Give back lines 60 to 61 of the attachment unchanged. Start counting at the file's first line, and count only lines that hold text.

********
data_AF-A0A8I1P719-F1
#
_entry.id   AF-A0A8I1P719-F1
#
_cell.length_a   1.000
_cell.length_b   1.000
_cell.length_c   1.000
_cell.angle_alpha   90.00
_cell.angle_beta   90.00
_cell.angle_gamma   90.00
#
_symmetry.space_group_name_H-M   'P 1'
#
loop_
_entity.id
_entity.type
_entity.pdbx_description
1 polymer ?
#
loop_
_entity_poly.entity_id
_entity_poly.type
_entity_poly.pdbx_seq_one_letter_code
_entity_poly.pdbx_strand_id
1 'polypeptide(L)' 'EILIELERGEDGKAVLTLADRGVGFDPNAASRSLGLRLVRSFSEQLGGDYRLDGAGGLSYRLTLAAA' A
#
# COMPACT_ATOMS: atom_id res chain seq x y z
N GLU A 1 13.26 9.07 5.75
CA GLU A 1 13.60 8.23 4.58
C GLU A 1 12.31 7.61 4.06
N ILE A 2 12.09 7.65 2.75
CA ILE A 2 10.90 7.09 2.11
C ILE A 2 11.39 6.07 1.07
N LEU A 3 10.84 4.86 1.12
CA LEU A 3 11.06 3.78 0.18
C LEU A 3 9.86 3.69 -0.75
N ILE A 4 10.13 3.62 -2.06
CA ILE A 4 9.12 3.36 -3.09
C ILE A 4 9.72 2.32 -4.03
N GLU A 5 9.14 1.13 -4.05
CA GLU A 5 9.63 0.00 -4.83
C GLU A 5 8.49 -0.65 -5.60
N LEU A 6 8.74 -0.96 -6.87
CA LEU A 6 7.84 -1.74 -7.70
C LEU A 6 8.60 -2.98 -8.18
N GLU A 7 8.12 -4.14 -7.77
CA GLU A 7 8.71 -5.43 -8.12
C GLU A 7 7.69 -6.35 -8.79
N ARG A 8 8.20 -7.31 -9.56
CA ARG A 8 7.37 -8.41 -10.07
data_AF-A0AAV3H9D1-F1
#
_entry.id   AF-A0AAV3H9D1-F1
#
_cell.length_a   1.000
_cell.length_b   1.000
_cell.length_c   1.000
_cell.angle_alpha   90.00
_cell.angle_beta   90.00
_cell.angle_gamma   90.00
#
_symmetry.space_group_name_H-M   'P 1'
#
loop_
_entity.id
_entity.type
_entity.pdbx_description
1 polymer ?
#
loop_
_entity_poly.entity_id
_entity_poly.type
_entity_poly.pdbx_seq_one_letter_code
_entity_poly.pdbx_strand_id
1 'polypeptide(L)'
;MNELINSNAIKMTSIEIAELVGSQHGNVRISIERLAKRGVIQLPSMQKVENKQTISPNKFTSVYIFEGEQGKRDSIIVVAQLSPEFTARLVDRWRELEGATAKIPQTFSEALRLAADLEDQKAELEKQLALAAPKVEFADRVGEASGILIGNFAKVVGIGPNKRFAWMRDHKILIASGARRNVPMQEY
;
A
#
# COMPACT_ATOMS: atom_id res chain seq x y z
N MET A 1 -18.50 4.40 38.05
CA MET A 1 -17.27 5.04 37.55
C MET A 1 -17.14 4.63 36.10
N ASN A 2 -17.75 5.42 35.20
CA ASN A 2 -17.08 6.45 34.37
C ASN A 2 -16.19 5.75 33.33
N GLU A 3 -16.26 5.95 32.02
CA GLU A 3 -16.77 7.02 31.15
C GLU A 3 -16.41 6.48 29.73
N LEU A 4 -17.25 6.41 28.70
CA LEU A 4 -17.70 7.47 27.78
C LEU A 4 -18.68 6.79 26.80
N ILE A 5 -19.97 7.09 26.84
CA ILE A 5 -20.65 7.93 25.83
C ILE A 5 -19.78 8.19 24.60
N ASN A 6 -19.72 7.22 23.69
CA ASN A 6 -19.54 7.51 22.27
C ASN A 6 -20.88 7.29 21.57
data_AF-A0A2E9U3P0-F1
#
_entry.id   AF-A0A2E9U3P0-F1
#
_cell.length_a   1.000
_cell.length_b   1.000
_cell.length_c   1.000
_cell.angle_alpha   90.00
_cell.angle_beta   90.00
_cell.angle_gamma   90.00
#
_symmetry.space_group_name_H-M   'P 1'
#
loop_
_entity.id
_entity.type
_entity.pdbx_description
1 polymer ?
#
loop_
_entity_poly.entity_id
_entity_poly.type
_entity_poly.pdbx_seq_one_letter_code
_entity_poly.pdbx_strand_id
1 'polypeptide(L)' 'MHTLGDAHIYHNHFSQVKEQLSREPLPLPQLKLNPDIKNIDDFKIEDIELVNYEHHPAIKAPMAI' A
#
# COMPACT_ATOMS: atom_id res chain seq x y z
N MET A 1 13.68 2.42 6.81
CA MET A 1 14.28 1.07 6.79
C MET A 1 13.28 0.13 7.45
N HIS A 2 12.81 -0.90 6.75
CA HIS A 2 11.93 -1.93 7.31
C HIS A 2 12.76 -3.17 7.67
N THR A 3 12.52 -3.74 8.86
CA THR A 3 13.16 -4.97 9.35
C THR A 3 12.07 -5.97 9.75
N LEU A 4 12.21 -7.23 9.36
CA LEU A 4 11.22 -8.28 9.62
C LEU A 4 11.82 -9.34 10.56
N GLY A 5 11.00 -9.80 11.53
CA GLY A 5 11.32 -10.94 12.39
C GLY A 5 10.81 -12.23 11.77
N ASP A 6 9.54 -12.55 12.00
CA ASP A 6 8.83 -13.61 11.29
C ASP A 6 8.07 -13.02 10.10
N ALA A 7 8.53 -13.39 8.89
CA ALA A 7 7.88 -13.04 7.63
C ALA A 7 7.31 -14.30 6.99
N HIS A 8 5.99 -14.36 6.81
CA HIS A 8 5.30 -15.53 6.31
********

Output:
_cell.angle_gamma   90.00
#